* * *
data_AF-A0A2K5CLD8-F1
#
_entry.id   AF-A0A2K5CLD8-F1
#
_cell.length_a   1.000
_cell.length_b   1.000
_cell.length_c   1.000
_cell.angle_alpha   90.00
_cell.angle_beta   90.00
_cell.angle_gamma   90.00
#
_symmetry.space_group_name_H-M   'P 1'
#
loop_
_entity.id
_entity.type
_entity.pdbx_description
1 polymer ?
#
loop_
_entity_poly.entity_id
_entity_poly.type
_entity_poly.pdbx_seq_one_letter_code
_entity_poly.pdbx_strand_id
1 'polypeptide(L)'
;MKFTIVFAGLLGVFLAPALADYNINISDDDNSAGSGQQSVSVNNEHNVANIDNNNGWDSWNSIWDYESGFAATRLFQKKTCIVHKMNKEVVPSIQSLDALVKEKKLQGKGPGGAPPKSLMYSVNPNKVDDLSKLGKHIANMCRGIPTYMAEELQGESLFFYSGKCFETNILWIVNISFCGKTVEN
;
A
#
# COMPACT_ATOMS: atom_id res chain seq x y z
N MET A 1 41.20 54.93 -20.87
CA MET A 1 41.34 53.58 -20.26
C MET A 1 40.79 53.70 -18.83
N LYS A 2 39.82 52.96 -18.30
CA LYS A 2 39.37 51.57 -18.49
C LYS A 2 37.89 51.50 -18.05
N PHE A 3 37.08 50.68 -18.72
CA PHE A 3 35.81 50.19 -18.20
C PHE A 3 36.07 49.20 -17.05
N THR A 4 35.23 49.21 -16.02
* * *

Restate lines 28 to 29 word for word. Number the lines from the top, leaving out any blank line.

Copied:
A
#